With all the recent headlines of data and privacy breaches, it is more relevant than ever to use secure platforms when conducting business in the healthcare sector. This is especially important when you are storing private patient information, particularly while communicating through any media platform. Data is said to be the new oil, since it fuels technological and overall company development. Therefore it is getting harder than ever to protect your private information.
Facebook released a public statement in which they noted they believe nearly all of their 2.2 billion users have had their data scraped in one way or another from an outside source. In this day and age people want easier access to everything, including healthcare and ways to contact their healthcare professionals. This however may lead some to using insecure networks in order to fulfill patient wishes.
If you are interested in transitioning your practice into the telehealth sector it is vital to be sure the platform you are using is HIPAA compliant. Using Skype or FaceTime to consult with patients is an insecure form of communication, which can then lead to breaches in confidentiality.
Clocktree is a secure HIPAA compliant platform that allows you to communicate with your patients with out having to worry about data or privacy breaches. Privacy is very important to us, to you and especially to your patients. Give yourself some peace of mind and run your telehealth practice on a secure platform.
To learn more about Clocktree and our HIPAA compliant platform check out our website and see how telehealth could fit into your practice.
Telehealth coverage and usage is continuing to make strides forward. The US Department of Health and Human Services estimates that currently 60% of all healthcare institutions and about 45% of all hospitals are using telehealth in one way or another. This increased usage correlates with the goal of improving patient care, improving the health of the overall population, reducing healthcare costs and the physician shortage the US is currently facing.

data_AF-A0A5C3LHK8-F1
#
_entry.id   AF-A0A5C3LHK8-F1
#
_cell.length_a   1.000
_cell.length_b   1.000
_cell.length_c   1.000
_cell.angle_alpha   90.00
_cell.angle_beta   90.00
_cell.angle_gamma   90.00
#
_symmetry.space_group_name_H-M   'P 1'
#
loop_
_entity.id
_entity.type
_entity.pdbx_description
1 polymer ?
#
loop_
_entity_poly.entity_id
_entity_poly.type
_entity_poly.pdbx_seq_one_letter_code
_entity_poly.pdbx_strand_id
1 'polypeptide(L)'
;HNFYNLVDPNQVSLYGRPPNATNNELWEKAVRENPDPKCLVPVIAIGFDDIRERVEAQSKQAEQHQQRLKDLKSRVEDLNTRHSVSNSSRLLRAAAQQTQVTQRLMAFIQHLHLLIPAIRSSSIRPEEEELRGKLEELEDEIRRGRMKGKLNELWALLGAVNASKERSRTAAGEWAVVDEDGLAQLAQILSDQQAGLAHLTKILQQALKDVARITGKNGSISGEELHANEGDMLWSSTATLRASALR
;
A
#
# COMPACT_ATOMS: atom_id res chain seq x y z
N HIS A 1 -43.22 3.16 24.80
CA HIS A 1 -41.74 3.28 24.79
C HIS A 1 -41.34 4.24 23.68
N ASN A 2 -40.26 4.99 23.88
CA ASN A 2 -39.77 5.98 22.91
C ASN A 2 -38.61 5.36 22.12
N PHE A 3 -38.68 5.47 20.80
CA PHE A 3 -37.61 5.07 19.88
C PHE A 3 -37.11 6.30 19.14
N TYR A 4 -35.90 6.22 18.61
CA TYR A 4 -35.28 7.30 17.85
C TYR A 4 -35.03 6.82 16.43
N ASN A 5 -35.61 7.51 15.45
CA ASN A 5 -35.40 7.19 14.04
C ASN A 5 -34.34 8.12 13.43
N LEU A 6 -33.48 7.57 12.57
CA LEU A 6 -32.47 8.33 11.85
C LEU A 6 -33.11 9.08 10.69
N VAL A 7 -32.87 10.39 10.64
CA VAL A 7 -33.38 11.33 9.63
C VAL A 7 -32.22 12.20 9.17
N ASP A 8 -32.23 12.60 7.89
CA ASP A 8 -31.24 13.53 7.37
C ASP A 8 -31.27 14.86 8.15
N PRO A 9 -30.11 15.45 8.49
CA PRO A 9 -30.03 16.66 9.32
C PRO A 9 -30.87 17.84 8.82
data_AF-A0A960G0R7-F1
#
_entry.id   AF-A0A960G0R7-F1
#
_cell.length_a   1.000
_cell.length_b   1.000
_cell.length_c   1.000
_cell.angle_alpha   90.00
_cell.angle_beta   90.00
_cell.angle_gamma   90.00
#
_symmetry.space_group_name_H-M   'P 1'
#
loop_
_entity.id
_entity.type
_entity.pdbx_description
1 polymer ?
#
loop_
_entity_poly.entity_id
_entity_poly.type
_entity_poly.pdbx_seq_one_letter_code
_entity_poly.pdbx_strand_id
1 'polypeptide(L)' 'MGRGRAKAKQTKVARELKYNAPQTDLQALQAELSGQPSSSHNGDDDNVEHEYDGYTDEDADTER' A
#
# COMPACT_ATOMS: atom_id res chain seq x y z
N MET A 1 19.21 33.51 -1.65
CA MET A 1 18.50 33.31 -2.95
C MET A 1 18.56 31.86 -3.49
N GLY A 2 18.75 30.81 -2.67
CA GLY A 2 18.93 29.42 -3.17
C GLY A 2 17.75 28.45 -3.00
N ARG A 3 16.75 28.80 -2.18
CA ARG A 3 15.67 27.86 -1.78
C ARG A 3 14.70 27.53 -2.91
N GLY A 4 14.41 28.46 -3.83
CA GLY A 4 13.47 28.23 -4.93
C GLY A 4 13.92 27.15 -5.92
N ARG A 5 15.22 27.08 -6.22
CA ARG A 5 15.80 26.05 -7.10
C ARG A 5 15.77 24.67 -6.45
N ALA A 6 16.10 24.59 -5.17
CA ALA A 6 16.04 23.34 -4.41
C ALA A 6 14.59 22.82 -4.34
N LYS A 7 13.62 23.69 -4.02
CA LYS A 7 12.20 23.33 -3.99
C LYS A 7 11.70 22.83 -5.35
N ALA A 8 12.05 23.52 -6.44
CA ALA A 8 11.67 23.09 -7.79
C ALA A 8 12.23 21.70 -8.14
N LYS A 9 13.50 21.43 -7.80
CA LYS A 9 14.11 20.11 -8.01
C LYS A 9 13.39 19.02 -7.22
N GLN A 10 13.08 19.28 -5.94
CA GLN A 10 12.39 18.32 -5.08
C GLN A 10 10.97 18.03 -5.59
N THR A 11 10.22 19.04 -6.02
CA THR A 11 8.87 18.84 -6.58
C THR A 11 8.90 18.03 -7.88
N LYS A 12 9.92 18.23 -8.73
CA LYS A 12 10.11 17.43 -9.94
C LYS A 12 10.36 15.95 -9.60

A large number of healthcare providers have reported using telehealth services to bridge the gaps in health care. Geisinger Health System, the Veterans Health Administration, Partners HealthCare and many more have implemented telehealthcare into their care systems. Telehealthcare has helped deal with provider shortages as well as improve the patient’s overall experience. This form of care allows for extended care hours, reduces patient travel time and improves accessibility to healthcare.
Currently 31 states and the District of Columbia have laws in place which require commercial health insurers to provide equal coverage for in-person and telehealth services. 49 states cover telemental health services, and 36 cover various other telehealth services. Legislation is continuing to support the implementation of telehealth which could be a saving grace for the US healthcare system.
Legislators are not the only ones jumping onto this telehealth bandwagon. The National Business Group on Health predicts that almost all employers with cover telehealth services by 2020. Now as this field continues to grow questions come up on the effectiveness of telehealthcare vs in person visits, and how will this be integrated into the clinical workflow?
These questions are yet to be fully answered, however the evidence provided so far has shown telehealth has been largely effective. With the emergence of this field there will need to be continued research and innovation in order to successfully integrate telehealth into the care system.
With that said telehealth continues to be a promising tool for the future of healthcare. If you would like to learn more about the world of telehealth and how you can join this community check out our website and other blog posts.